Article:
The October 1st issue of American Family Physician features the third article in the "Implementing Effective Health Care Reviews" series, a summary of the Agency for Healthcare Research and Quality's comparative effectiveness report on treatments for gastroesophageal reflux disease. Notably, the report found no differences in efficacy between proton pump inhibitors; better symptom relief from continuous daily compared with on-demand dosing; and limited data on endoscopic treatments. What are the chances that results from this and other high-quality comparative effectiveness studies will quickly change clinical practice? Not very good, unfortunately. As I wrote in an editorial that introduced the series:
To date, the track record of translating comparative effectiveness research findings into clinical practice has been mixed, at best. For example, several years after a landmark randomized controlled trial demonstrated the superiority of thiazide diuretics compared with other first-line medications for hypertension, prescribing of thiazide diuretics had increased only modestly. An evaluation of diabetes practice guidelines produced after the publication of an Effective Health Care review of oral treatments found numerous inconsistencies between guideline recommendations and evidence-based conclusions. Despite extensive evidence that initial coronary stenting provides no advantages over optimal medical therapy for stable coronary artery disease, more than one-half of patients who undergo stenting in the United States have not had a prior trial of medical therapy.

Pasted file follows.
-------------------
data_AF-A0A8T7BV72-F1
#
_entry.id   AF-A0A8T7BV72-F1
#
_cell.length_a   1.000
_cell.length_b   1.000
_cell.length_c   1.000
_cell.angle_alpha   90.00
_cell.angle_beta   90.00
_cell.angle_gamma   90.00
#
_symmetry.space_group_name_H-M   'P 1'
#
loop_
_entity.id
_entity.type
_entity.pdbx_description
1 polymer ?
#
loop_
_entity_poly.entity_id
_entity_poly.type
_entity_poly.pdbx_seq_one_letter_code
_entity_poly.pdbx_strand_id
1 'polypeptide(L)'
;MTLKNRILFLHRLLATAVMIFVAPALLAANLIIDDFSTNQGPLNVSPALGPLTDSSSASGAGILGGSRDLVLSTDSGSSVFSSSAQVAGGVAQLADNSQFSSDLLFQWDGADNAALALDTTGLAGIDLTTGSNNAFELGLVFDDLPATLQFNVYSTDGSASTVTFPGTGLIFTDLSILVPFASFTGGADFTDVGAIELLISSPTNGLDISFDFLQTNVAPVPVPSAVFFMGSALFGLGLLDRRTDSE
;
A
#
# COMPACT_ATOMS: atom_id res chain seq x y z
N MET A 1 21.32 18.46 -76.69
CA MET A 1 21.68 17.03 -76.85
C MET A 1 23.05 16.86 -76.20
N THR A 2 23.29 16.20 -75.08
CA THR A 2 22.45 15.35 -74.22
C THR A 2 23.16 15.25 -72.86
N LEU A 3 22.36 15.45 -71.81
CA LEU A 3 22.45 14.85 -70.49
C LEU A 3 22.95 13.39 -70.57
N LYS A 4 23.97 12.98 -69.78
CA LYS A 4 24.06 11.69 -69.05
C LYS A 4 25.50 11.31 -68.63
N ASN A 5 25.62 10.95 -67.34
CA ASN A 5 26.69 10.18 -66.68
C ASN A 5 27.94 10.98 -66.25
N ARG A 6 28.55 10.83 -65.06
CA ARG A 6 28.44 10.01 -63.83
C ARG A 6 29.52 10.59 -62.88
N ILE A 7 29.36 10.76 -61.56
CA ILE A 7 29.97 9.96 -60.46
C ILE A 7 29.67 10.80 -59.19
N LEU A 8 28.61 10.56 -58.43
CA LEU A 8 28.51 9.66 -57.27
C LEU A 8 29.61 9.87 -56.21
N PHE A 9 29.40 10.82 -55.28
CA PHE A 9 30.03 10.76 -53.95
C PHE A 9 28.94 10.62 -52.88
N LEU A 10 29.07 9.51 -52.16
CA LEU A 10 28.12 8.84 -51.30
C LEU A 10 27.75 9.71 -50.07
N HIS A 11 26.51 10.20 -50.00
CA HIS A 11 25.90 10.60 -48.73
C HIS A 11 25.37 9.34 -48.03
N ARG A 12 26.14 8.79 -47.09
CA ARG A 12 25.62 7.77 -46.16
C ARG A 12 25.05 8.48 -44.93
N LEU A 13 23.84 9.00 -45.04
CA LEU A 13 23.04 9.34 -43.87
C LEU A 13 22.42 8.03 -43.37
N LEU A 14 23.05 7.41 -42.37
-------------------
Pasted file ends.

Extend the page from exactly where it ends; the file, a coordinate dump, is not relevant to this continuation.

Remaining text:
In the current issue of Health Affairs, Justin Timbie and colleagues propose five reasons that scientific evidence is slow to change how physicians practice:
1) Misalignment of financial incentives - e.g., fee-for-service payment systems tend to reward invasive therapies, such as surgery for back pain, that may be no better than conservative management.
2) Ambiguity of results - "Without consensus on evidentiary standards prior to the release of comparative effectiveness results, ambiguous results become fuel for competing interpretations, making it difficult for providers, insurers, and policy makers to act on the evidence."
3) Cognitive biases in interpreting new information - e.g., a tendency to reject evidence that contradicts previous strongly held beliefs, such as the superiority of atypical to conventional antipsychotics.
4) Failure to address the needs of end users - e.g., designing a study to compare the benefits of two therapeutic strategies, but not the harms.
5) Limited use of decision support - e.g., poorly designed electronic or paper patient decision aids that do not fit into the workflow of primary care practices.
Do these reasons sound about right to you? How do you think these obstacles could be overcome in order for front-line family and specialist physicians to rapidly incorporate the best scientific evidence into their practices?
The above post was first published on the AFP Community Blog.